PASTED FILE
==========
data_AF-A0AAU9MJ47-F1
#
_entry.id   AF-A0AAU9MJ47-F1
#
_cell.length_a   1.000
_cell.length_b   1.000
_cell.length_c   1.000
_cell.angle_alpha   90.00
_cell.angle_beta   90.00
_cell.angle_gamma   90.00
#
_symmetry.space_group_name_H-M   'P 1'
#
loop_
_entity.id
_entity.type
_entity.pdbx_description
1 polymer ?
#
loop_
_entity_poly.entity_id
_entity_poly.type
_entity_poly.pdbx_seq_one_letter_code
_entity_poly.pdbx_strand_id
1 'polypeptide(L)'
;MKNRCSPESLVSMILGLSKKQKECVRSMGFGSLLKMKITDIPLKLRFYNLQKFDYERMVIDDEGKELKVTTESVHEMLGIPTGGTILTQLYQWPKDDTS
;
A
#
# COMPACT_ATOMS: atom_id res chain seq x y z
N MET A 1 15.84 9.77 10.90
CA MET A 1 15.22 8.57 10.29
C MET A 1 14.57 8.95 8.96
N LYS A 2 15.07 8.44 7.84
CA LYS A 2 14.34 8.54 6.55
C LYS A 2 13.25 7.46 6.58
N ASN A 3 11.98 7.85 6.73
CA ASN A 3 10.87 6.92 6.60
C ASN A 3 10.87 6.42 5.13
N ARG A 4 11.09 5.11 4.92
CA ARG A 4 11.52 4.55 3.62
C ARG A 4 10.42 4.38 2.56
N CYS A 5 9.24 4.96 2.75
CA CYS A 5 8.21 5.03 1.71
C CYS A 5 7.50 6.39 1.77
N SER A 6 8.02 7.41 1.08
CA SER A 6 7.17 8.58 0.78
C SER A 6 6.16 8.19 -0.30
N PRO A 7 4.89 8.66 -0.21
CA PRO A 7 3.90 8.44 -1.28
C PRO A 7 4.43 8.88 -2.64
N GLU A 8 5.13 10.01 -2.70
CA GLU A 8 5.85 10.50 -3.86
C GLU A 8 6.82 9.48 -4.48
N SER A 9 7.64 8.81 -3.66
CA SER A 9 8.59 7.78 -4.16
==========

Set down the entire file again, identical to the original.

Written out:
data_AF-A0AAU9MJ47-F1
#
_entry.id   AF-A0AAU9MJ47-F1
#
_cell.length_a   1.000
_cell.length_b   1.000
_cell.length_c   1.000
_cell.angle_alpha   90.00
_cell.angle_beta   90.00
_cell.angle_gamma   90.00
#
_symmetry.space_group_name_H-M   'P 1'
#
loop_
_entity.id
_entity.type
_entity.pdbx_description
1 polymer ?
#
loop_
_entity_poly.entity_id
_entity_poly.type
_entity_poly.pdbx_seq_one_letter_code
_entity_poly.pdbx_strand_id
1 'polypeptide(L)'
;MKNRCSPESLVSMILGLSKKQKECVRSMGFGSLLKMKITDIPLKLRFYNLQKFDYERMVIDDEGKELKVTTESVHEMLGIPTGGTILTQLYQWPKDDTS
;
A
#
# COMPACT_ATOMS: atom_id res chain seq x y z
N MET A 1 15.84 9.77 10.90
CA MET A 1 15.22 8.57 10.29
C MET A 1 14.57 8.95 8.96
N LYS A 2 15.07 8.44 7.84
CA LYS A 2 14.34 8.54 6.55
C LYS A 2 13.25 7.46 6.58
N ASN A 3 11.98 7.85 6.73
CA ASN A 3 10.87 6.92 6.60
C ASN A 3 10.87 6.42 5.13
N ARG A 4 11.09 5.11 4.92
CA ARG A 4 11.52 4.55 3.62
C ARG A 4 10.42 4.38 2.56
N CYS A 5 9.24 4.96 2.75
CA CYS A 5 8.21 5.03 1.71
C CYS A 5 7.50 6.39 1.77
N SER A 6 8.02 7.41 1.08
CA SER A 6 7.17 8.58 0.78
C SER A 6 6.16 8.19 -0.30
N PRO A 7 4.89 8.66 -0.21
CA PRO A 7 3.90 8.44 -1.28
C PRO A 7 4.43 8.88 -2.64
N GLU A 8 5.13 10.01 -2.70
CA GLU A 8 5.85 10.50 -3.86
C GLU A 8 6.82 9.48 -4.48
N SER A 9 7.64 8.81 -3.66
CA SER A 9 8.59 7.78 -4.16